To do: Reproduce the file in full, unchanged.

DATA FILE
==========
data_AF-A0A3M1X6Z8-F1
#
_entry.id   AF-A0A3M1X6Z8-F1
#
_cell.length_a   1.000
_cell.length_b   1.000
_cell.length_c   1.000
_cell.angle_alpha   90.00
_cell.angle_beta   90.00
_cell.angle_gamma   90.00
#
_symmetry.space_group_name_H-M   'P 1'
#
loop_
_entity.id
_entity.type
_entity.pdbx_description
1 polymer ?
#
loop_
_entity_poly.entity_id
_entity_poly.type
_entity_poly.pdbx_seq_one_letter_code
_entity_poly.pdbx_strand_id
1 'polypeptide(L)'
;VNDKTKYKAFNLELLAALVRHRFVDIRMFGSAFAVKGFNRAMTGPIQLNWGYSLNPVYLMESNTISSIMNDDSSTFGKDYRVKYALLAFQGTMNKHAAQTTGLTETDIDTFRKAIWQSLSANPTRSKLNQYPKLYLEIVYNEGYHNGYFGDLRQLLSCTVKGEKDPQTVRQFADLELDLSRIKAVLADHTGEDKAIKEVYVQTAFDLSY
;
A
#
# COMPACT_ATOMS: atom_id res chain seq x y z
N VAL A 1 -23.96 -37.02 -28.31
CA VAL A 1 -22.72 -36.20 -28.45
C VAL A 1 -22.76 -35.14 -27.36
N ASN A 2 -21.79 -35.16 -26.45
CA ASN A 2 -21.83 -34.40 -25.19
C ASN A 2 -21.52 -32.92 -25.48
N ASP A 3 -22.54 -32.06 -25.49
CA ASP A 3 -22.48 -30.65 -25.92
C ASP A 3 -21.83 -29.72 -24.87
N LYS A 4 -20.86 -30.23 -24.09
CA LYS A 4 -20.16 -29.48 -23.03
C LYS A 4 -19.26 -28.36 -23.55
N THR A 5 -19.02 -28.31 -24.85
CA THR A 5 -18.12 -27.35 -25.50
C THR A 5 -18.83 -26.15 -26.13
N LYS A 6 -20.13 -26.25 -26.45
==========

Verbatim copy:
data_AF-A0A3M1X6Z8-F1
#
_entry.id   AF-A0A3M1X6Z8-F1
#
_cell.length_a   1.000
_cell.length_b   1.000
_cell.length_c   1.000
_cell.angle_alpha   90.00
_cell.angle_beta   90.00
_cell.angle_gamma   90.00
#
_symmetry.space_group_name_H-M   'P 1'
#
loop_
_entity.id
_entity.type
_entity.pdbx_description
1 polymer ?
#
loop_
_entity_poly.entity_id
_entity_poly.type
_entity_poly.pdbx_seq_one_letter_code
_entity_poly.pdbx_strand_id
1 'polypeptide(L)'
;VNDKTKYKAFNLELLAALVRHRFVDIRMFGSAFAVKGFNRAMTGPIQLNWGYSLNPVYLMESNTISSIMNDDSSTFGKDYRVKYALLAFQGTMNKHAAQTTGLTETDIDTFRKAIWQSLSANPTRSKLNQYPKLYLEIVYNEGYHNGYFGDLRQLLSCTVKGEKDPQTVRQFADLELDLSRIKAVLADHTGEDKAIKEVYVQTAFDLSY
;
A
#
# COMPACT_ATOMS: atom_id res chain seq x y z
N VAL A 1 -23.96 -37.02 -28.31
CA VAL A 1 -22.72 -36.20 -28.45
C VAL A 1 -22.76 -35.14 -27.36
N ASN A 2 -21.79 -35.16 -26.45
CA ASN A 2 -21.83 -34.40 -25.19
C ASN A 2 -21.52 -32.92 -25.48
N ASP A 3 -22.54 -32.06 -25.49
CA ASP A 3 -22.48 -30.65 -25.92
C ASP A 3 -21.83 -29.72 -24.87
N LYS A 4 -20.86 -30.23 -24.09
CA LYS A 4 -20.16 -29.48 -23.03
C LYS A 4 -19.26 -28.36 -23.55
N THR A 5 -19.02 -28.31 -24.85
CA THR A 5 -18.12 -27.35 -25.50
C THR A 5 -18.83 -26.15 -26.13
N LYS A 6 -20.13 -26.25 -26.45